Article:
ALARM BELLS: Cool Bananas co-owner Sharlene Gemming managed to avoid the phishing trap. Photo: Eliza Goetze / NewsMail
ALARM BELLS: Cool Bananas co-owner Sharlene Gemming managed to avoid the phishing trap. Photo: Eliza Goetze / NewsMail Eliza Goetze

Unlike: the Facebook scam targeting Bundy businesses

IN THE age of social media it's the last notification a business owner wants to see on their screen.

A slew of businesses in Bundaberg have received a worrying message on Facebook and have spoken out to warn others it is not what it seems.

"A notification came up saying our Cool Bananas page had been reported for offensive activity," Cool Bananas cafe co-owner Geoff Liddell said.

"If people were saying negative things about us, I thought, being new, we need to cover that off straight away," Sharlene said.

"It gave us a link and said if you don't want your page shut down in the next 12 hours, go here - and there it asked for your username, password and date of birth."

That's when the alarm bells began ringing.

"I thought, that can't be right - that doesn't feel right."

Stranger still, the page named other "offending" local businesses.

"When we went back and looked, it showed about six different businesses, including Petro's Chicken and Carvery and the Rock Bar and Grill," she said.

The instigator was a Facebook page called "Ads Department".

"It had all of the blue Facebook (design) on it which made it seem really legit. It looked very real," Sharlene said.

Luckily they read the warning signs - which also included some dodgy spelling and grammar - and did not do as the page instructed.

"Our Facebook page is fine, for now."

Petro's owners confirmed they too had been hit by the scam.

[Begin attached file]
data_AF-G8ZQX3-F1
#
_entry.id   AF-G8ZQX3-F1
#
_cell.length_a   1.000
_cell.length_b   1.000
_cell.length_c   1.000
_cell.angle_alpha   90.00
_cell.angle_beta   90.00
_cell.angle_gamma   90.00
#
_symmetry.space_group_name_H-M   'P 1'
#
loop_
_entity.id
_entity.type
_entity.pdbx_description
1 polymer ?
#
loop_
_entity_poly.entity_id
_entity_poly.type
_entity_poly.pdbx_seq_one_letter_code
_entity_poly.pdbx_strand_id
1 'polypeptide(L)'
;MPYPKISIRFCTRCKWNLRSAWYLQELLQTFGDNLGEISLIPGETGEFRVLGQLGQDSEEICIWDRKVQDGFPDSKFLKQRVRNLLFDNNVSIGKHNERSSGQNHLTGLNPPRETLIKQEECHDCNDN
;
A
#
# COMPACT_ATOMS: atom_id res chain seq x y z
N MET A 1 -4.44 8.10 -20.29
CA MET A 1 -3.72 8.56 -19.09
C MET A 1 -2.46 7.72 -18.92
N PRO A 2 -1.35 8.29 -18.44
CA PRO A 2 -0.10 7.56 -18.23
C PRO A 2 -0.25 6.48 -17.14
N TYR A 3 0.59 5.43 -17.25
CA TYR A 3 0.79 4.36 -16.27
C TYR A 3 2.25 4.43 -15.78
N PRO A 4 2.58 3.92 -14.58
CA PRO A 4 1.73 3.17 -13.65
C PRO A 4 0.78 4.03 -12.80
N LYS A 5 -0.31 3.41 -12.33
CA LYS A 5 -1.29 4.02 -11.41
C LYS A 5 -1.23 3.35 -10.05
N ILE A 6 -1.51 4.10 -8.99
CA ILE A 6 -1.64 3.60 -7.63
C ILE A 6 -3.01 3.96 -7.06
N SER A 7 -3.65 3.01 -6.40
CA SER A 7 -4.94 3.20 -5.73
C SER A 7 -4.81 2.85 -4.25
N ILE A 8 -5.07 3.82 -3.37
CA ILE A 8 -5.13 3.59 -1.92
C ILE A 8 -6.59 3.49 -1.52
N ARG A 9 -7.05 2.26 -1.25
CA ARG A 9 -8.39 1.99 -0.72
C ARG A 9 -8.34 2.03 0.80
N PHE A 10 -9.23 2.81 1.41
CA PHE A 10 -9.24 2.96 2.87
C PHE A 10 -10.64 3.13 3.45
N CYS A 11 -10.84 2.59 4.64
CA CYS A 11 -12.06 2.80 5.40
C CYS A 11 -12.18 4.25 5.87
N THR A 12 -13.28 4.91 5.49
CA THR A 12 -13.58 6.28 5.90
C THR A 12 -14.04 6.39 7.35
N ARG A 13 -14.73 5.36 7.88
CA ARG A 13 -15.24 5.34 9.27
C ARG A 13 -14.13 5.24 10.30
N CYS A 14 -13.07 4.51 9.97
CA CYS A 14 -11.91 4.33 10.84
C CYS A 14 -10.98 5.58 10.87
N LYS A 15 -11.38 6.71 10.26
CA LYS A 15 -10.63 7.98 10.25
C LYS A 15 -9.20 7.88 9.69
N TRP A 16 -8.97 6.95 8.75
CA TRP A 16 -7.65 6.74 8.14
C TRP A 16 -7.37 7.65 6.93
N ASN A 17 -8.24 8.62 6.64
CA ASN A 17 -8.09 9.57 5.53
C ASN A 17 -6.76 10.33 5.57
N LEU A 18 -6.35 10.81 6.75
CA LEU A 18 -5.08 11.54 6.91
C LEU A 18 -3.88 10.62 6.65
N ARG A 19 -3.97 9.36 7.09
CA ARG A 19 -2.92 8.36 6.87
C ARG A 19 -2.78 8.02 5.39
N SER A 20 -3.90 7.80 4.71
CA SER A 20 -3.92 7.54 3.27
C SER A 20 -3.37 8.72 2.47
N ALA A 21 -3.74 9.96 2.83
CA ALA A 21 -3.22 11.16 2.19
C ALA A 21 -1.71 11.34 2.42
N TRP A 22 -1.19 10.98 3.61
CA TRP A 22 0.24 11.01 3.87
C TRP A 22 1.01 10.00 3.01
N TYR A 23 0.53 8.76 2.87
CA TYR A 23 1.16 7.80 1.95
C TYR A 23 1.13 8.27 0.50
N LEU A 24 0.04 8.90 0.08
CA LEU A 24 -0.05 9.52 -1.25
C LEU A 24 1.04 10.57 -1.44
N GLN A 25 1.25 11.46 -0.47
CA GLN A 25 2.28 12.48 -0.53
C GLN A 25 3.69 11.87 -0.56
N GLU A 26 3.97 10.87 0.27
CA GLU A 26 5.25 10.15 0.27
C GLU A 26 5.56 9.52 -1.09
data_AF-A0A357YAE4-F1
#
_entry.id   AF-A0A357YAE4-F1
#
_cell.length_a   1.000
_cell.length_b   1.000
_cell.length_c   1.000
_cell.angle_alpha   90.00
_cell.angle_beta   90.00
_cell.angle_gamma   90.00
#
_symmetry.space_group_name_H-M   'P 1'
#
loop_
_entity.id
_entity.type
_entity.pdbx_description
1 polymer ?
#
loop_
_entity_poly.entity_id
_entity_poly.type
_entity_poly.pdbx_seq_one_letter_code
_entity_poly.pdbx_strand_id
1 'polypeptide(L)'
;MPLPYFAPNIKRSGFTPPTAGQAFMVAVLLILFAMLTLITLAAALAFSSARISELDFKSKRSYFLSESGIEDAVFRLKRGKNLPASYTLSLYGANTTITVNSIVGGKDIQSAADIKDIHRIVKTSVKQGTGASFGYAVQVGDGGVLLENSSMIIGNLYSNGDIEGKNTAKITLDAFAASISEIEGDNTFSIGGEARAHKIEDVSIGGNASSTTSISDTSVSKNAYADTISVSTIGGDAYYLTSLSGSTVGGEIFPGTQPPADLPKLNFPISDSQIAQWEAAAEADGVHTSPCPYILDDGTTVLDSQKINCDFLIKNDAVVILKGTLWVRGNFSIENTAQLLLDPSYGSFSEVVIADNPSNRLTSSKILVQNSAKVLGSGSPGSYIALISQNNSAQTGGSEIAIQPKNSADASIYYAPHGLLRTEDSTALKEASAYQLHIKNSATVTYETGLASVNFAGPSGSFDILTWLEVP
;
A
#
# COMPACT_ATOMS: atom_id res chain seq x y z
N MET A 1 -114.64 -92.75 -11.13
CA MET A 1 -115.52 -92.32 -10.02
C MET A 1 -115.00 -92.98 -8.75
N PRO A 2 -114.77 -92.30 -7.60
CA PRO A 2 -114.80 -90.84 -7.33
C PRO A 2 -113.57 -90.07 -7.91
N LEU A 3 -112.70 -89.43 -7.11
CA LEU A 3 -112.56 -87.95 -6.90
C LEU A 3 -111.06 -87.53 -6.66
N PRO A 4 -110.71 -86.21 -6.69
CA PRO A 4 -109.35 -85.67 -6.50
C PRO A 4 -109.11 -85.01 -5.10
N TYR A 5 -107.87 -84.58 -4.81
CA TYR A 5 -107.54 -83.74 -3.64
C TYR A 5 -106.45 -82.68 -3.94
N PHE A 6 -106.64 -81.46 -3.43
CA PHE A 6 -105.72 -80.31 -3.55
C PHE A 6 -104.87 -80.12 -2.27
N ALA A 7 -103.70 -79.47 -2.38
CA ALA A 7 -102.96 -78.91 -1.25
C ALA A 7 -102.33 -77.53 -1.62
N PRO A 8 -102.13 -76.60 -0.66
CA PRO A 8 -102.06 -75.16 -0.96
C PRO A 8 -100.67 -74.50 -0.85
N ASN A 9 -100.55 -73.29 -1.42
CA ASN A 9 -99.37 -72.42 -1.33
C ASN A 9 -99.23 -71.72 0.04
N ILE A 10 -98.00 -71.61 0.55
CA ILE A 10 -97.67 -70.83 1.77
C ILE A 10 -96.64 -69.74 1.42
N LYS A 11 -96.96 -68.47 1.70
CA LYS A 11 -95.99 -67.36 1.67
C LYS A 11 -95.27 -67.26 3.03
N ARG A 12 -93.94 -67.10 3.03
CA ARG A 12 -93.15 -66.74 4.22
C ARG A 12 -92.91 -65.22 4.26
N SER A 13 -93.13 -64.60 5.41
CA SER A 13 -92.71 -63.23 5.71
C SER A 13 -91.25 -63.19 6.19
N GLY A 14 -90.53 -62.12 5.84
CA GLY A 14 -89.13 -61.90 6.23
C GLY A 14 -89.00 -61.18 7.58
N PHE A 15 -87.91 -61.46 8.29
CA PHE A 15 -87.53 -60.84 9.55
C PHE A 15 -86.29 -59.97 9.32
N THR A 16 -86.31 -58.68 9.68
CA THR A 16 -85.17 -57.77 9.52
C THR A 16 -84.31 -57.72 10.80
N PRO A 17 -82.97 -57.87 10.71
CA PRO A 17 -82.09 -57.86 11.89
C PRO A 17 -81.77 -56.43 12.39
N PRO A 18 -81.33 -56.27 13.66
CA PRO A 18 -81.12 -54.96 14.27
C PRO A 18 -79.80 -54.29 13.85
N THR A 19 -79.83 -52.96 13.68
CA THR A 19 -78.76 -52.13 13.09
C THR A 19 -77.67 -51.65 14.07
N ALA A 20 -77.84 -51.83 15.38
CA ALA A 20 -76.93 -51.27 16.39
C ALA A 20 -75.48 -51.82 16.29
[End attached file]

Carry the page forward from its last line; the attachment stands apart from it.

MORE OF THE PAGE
Bundaberg's own online scam expert Brett Christensen, who runs the website Hoax Slayer, said the trap, known as a phishing scam, was "just one in a long line of very similar scam messages".

"It's been happening since at least 2013. It's not only Facebook pages or businesses, it can be done with personal pages too," Mr Christensen said.

"You'll get an email or a Facebook message saying your account has been disabled because you've offended someone, or broken the terms of service.

"If you get caught, the scammers have your Facebook username and password, so they can log in as you, change your name and profile and send more of those scam messages to your followers.

"They can lock you out of your own account - and getting any help from Facebook is pretty difficult."

He said the scammers, who often operated from overseas, may have used an automated system which picked up businesses in the same area or who follow each other.

"It's tough especially for a business, because they've hijacked one of your most important channels with your customers."

Phishing scams often target credit card numbers, email account passwords and other identifying information too.

Alarm bells should ring at any request for these details, as well as poor spelling and grammar, Mr Christensen said.

"The nature of social media is it's very immediate; people can click on something and participate without thinking.

"If you receive one of these messages, do not click on any links that it contains."



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